What is an abdominal mass?
An abdominal mass is an abnormal collection of tissue within the abdominal cavity. The abdominal cavity is the internal compartment between the chest and pelvis commonly referred to as the belly. Abdominal masses may be large or small, benign or malignant (cancerous), and curable or untreatable. Examples of small benign abdominal masses include hamartomas and cysts, which are solid and fluid-filled collections, respectively, of normal cells. Examples of serious abdominal masses are cancer, abscess, and abdominal aortic aneurysm, which is a life-threatening enlargement of the aorta within the abdomen.
A physician may detect abdominal masses on physical examination. Often, one or more imaging tests, such as an ultrasound or a CAT scan (also known as CT scan or CT), may be required in order to further define the mass. A definitive diagnosis may require a surgical biopsy, in which a piece of the mass is removed for examination under a microscope by a pathologist.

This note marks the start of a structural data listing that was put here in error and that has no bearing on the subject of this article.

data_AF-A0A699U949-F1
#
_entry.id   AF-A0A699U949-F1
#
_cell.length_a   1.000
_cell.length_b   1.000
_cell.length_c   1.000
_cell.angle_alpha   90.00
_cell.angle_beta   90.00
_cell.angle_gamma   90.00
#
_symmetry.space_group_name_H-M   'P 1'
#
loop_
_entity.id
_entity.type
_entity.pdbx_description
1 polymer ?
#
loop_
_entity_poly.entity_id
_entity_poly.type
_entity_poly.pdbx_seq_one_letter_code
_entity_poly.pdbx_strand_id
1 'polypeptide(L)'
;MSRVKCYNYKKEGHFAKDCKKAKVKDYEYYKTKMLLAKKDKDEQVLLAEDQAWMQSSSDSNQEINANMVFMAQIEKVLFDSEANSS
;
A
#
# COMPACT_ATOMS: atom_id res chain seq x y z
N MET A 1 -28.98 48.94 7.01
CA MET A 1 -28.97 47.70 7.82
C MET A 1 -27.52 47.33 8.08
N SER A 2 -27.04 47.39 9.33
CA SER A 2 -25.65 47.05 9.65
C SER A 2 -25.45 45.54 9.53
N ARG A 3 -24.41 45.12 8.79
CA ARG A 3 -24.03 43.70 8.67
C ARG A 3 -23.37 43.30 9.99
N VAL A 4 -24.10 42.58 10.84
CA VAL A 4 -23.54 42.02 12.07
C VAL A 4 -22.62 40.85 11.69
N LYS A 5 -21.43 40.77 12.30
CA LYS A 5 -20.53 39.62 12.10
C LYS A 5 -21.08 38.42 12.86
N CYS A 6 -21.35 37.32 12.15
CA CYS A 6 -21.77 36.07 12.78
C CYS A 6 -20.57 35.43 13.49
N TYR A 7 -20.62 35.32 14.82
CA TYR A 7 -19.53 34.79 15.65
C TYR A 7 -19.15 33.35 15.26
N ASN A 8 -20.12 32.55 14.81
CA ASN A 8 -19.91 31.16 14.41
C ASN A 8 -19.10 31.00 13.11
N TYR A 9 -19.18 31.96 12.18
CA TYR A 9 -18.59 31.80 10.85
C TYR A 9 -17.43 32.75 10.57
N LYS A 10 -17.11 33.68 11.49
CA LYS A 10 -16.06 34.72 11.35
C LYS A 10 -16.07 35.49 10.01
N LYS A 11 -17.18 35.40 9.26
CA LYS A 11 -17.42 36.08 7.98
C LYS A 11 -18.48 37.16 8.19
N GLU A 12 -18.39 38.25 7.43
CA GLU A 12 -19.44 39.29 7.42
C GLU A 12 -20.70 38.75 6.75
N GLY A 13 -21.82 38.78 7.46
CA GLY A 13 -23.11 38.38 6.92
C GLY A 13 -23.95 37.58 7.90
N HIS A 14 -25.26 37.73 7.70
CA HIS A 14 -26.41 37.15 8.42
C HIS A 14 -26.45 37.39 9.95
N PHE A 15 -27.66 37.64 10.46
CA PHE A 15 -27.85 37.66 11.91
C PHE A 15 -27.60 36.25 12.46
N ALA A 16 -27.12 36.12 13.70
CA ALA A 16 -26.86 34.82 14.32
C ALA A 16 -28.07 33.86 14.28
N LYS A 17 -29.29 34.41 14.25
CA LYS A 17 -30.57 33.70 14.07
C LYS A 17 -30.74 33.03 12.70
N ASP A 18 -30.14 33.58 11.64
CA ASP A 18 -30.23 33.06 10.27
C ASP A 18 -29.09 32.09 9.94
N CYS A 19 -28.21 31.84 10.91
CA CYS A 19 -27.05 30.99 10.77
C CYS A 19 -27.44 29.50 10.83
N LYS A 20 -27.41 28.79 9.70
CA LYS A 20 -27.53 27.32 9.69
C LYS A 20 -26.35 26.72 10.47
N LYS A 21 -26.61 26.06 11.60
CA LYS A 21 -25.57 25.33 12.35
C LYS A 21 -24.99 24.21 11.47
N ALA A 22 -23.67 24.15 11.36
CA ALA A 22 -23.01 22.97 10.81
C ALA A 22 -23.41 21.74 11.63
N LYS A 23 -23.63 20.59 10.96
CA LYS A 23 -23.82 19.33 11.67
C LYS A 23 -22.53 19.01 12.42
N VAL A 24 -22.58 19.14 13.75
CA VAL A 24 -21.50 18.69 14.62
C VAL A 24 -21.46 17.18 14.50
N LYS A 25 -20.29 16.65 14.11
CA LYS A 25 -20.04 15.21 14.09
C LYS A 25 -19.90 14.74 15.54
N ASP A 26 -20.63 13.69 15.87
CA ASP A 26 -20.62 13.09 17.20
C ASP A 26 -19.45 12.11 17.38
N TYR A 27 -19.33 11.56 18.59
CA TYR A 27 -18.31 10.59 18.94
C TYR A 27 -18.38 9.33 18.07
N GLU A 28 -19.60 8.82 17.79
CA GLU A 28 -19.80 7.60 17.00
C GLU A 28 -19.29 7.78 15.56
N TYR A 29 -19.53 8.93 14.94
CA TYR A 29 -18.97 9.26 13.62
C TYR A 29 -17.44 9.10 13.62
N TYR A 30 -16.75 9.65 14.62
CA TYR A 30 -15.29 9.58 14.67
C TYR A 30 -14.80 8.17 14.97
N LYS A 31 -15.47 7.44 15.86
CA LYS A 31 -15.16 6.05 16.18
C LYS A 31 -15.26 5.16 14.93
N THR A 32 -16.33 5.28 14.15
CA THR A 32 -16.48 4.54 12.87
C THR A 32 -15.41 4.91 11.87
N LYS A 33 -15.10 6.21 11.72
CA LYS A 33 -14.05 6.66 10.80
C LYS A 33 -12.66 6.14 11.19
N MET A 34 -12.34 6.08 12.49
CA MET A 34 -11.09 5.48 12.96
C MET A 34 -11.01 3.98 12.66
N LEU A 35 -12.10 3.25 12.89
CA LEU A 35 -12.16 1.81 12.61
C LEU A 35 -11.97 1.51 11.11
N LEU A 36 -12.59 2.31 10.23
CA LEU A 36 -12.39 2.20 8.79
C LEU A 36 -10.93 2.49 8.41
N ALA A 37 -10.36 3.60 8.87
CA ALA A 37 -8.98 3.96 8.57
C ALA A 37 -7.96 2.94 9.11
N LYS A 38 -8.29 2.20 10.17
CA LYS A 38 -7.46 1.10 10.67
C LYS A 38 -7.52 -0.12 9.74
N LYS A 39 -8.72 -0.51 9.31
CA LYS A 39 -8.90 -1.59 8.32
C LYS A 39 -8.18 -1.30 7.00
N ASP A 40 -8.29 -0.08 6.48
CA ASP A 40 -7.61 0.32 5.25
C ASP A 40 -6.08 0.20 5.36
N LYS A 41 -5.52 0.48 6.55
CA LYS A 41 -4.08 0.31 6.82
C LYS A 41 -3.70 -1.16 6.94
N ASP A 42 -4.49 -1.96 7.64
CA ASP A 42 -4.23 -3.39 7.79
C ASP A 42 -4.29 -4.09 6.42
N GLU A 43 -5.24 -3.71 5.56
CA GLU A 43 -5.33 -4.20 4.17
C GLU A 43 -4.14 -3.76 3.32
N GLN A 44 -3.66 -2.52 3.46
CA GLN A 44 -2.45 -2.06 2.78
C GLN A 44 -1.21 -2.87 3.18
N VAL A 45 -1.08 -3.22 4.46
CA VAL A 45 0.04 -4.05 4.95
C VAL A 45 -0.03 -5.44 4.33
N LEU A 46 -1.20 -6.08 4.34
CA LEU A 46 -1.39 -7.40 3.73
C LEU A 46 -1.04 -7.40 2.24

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Some abdominal masses, such as simple cysts, require no treatment at all. Others, such as colon cancer, may require extensive treatment with chemotherapy, surgery and radiation. The prognosis of an abdominal mass depends on its diagnosis.
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Seek immediate medical care (call 911) if you have an abdominal mass that is pulsing (like a heartbeat) with or without severe abdominal pain.
If you have any abdominal mass, seek prompt medical care.
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- Abdominal mass. Medline Plus, a service of the National Library of Medicine National Institutes of Health. http://www.nlm.nih.gov/medlineplus/ency/article/003274.htm
- Abdominal adhesions. National Digestive Diseases Information Clearinghouse (NDDIC). http://digestive.niddk.nih.gov/ddiseases/pubs/intestinaladhesions/